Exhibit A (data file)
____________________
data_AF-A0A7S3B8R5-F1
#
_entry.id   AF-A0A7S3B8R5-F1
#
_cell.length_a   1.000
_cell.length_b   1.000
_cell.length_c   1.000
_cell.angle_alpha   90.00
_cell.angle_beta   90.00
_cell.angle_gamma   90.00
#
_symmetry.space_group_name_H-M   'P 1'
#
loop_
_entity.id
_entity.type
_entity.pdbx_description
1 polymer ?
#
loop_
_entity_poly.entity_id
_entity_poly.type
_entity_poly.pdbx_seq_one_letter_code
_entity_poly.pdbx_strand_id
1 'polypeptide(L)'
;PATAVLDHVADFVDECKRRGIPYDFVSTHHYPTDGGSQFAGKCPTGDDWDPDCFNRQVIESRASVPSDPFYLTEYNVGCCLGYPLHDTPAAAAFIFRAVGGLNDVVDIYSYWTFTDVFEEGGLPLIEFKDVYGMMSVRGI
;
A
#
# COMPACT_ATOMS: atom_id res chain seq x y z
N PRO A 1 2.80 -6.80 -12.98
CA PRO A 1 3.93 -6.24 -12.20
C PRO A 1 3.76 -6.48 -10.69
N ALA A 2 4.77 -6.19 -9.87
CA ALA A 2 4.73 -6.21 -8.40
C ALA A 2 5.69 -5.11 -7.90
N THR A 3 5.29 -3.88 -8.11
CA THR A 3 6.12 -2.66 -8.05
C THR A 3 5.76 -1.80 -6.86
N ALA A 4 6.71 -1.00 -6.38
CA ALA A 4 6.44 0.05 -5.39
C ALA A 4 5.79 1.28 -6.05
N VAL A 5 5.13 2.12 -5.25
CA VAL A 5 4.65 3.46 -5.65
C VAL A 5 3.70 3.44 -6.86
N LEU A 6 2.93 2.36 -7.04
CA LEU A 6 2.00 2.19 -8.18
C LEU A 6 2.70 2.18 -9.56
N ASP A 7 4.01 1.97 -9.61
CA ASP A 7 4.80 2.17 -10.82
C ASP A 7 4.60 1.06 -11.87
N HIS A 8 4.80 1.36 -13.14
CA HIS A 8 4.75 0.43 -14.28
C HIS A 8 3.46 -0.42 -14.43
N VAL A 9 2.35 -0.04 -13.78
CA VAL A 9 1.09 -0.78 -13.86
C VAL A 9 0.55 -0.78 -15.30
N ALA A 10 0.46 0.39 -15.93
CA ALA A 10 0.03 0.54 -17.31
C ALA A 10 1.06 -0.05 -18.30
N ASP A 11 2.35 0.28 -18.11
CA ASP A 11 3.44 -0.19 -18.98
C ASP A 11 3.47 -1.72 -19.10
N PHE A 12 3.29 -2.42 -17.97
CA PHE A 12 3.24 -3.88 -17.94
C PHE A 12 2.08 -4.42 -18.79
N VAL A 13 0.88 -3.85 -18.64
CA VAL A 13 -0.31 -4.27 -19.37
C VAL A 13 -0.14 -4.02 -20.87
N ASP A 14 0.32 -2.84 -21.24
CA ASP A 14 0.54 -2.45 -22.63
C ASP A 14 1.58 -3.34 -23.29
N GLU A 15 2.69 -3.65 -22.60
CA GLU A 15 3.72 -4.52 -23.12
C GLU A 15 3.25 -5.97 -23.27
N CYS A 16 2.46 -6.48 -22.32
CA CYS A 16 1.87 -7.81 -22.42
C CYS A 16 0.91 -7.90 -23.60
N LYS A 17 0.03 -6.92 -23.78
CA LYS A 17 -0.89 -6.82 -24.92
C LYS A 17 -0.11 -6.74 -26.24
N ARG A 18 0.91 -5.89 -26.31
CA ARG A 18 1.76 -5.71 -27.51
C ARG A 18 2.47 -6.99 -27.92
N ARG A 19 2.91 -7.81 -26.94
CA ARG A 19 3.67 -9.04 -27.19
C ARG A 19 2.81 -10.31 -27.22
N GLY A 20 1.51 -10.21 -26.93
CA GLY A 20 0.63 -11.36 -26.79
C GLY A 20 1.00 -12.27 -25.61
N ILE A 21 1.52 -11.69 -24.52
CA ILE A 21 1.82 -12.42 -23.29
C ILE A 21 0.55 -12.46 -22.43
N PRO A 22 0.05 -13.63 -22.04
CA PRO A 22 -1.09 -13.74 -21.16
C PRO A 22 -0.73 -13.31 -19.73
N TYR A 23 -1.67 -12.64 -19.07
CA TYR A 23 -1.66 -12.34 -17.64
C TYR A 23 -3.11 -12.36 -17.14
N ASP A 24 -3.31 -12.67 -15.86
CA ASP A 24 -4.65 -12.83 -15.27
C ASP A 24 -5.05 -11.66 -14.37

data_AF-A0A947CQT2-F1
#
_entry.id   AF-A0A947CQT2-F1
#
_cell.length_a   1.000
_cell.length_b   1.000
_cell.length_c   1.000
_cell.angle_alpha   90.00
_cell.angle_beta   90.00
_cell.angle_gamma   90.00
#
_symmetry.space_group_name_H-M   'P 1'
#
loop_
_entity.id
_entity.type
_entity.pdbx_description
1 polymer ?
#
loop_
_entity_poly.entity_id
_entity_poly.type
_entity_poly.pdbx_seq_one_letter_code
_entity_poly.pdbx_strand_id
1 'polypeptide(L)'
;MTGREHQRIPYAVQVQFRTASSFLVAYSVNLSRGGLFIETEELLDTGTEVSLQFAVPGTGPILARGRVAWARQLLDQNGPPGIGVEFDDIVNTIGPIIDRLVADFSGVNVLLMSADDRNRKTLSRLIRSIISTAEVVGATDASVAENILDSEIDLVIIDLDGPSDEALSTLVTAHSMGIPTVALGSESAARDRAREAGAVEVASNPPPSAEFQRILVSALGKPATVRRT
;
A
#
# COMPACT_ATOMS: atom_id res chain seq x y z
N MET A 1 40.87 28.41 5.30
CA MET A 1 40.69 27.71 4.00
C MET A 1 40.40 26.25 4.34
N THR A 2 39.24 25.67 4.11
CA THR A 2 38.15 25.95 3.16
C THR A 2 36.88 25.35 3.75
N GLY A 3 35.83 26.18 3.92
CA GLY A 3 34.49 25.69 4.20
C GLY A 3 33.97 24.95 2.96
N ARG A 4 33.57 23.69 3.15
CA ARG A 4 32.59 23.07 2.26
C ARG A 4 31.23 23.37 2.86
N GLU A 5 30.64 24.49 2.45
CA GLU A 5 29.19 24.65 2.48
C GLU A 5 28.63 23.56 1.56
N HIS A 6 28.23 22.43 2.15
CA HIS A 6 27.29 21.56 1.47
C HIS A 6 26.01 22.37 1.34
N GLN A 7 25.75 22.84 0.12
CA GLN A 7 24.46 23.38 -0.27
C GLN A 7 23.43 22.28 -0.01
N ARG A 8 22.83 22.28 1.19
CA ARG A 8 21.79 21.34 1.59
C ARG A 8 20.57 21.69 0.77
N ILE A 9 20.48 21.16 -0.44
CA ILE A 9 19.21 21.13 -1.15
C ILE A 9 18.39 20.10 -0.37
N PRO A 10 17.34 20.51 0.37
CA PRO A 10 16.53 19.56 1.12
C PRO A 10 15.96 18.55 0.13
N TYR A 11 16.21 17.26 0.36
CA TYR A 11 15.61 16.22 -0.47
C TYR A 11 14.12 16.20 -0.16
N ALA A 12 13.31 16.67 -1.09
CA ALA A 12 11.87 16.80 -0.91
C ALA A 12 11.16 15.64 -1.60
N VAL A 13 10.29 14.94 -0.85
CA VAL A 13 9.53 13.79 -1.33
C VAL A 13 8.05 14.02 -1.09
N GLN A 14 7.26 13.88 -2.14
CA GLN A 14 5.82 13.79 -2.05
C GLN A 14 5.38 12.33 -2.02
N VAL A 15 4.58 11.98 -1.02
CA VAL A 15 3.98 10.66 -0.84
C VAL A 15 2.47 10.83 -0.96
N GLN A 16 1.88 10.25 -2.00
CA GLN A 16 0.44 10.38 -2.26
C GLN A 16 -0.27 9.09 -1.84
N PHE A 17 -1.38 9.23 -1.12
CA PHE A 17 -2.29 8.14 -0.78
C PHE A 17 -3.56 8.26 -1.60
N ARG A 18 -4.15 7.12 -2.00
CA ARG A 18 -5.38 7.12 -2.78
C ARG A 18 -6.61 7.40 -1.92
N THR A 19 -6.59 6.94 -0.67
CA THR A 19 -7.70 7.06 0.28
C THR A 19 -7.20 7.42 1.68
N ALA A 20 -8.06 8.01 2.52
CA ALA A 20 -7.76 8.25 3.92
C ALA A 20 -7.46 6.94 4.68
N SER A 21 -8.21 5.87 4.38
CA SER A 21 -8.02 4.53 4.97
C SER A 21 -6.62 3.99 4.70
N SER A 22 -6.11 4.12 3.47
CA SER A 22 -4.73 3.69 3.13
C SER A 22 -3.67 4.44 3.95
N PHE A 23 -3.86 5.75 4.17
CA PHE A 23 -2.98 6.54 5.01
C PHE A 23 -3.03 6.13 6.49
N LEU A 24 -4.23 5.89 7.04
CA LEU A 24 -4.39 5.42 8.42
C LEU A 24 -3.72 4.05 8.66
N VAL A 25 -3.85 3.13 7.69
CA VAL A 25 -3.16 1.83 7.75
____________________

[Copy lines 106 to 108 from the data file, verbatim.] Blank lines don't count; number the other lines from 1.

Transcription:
#
_cell.length_a   1.000
_cell.length_b   1.000